Navajo Transitional Energy Company becomes third largest coal producer in the US
With its purchase of three coal mines from Cloud Peak Energy in Wyoming and Montana, the Navajo Transitional Energy Company (NTEC) became the third largest coal producer in the United States.
On Oct. 2, the US District Court of Delaware approved the sale of substantially all of Cloud Peak Energy’s assets; marking the final approval needed to transfer the company’s Montana and Wyoming mines NTEC. Cloud Peak Energy began searching for a buyer in late 2018 after entering bankruptcy proceedings. In August, NTEC was selected as the most qualified bidder. Since then, NTEC has been working with Cloud Peak to create a seamless transition upon closing, NETC said in a statement.
The final order approving the sale noted that NTEC “presents the best opportunity to realize the value of the Purchased Assets....and to avoid decline and devaluation of the related business.”
“We are pleased to have this final order approved and look forward to assuming operations in Montana and Wyoming in mid-October,” said Clark Moseley, chief executive officer of NTEC. “As a company we have a solid record of returning mines to profitability and doing so as an industry leader in safety and reclamation.”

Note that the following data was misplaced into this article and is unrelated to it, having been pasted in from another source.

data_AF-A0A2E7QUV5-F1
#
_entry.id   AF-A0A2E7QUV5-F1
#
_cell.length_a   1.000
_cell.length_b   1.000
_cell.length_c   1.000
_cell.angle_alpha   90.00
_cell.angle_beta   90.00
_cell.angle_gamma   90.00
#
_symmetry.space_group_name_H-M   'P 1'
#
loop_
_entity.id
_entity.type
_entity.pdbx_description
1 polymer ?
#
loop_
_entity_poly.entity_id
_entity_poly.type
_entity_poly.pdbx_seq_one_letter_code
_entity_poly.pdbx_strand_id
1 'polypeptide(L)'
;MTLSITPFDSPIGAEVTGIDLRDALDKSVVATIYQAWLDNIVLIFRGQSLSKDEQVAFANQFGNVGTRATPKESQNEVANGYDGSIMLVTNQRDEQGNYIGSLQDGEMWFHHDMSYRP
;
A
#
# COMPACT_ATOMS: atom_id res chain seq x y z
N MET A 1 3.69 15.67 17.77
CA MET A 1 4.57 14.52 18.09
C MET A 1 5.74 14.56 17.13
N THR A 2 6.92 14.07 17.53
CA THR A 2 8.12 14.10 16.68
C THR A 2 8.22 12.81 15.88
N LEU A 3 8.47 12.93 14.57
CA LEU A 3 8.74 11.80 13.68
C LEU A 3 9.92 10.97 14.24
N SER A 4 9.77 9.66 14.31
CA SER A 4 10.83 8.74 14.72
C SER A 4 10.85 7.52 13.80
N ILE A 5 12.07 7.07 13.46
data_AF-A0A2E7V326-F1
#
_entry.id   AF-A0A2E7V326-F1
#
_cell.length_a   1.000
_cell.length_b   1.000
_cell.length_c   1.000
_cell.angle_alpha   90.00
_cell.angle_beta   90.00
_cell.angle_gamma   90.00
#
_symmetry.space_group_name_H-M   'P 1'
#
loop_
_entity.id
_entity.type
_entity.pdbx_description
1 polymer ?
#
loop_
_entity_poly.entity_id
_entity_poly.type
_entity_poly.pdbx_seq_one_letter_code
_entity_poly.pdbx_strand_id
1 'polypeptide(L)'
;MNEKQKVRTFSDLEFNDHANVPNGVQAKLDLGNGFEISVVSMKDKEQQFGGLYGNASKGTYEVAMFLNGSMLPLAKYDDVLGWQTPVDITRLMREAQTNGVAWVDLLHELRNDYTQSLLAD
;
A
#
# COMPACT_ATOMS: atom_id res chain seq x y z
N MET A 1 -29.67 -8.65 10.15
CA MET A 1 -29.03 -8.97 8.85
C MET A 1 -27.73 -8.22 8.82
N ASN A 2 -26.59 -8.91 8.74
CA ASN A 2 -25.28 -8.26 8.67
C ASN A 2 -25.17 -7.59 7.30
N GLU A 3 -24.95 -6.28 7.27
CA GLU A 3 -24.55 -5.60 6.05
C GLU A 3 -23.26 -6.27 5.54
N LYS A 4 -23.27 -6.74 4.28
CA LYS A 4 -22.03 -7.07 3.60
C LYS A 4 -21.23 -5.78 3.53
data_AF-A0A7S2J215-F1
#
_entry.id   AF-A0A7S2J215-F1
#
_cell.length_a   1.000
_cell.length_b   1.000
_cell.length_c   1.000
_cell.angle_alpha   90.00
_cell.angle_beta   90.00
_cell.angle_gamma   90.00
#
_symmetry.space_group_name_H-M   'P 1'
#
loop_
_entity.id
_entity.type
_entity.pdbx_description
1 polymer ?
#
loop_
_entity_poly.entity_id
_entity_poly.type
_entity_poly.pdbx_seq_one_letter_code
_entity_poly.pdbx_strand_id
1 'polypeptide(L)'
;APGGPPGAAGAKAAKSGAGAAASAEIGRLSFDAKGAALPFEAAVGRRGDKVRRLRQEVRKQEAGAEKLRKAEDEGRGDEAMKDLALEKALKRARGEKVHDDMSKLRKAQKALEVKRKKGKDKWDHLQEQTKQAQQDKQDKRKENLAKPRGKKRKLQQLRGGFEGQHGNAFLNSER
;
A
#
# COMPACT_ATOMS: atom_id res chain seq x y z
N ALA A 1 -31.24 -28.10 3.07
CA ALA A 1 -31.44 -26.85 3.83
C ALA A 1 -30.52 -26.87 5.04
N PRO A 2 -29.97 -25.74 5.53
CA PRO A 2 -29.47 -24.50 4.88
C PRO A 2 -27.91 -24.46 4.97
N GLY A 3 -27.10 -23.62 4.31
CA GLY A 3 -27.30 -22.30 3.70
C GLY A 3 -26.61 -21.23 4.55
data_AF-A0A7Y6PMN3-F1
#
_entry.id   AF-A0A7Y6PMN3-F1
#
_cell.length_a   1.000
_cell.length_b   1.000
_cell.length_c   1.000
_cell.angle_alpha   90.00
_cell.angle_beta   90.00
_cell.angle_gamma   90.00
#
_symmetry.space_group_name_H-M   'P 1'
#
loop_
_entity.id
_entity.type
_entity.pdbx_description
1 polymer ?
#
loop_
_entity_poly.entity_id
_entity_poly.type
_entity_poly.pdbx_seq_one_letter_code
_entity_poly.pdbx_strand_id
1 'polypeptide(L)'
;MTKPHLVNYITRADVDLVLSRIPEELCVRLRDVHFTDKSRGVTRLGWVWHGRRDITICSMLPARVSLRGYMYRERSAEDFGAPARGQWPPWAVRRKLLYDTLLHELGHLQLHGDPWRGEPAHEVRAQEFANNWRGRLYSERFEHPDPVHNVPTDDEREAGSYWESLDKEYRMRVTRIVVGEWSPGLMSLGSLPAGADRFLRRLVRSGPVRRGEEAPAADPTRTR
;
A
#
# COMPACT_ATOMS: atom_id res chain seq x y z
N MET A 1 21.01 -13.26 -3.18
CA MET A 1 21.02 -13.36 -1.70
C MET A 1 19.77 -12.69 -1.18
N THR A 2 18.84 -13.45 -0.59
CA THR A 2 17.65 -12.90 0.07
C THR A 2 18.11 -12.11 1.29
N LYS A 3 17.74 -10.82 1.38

Together the Spring Creek Mine in Montana and the Antelope and Cordero Rojo Mines in Wyoming, support about 1,200 jobs and families and provide $230 million in taxes and royalties to their respective states. NTEC plans to retain the employees at the mines.
The purchase of the mines will also provide an increased revenue base with which to support the Navajo Nation. Cloud Peak Energy had suffered in recent years due to very high levels of debt created by borrowing to finance certain acquisitions.
Despite solid performance at the mines themselves, the company was unable to sustain the finance costs associated with this debt. NTEC will focus on diligent mining and marketing fundamentals to achieve profitability, just as it has done at their Navajo Mine in New Mexico.
Photo credit: Navajo Transitional Energy Company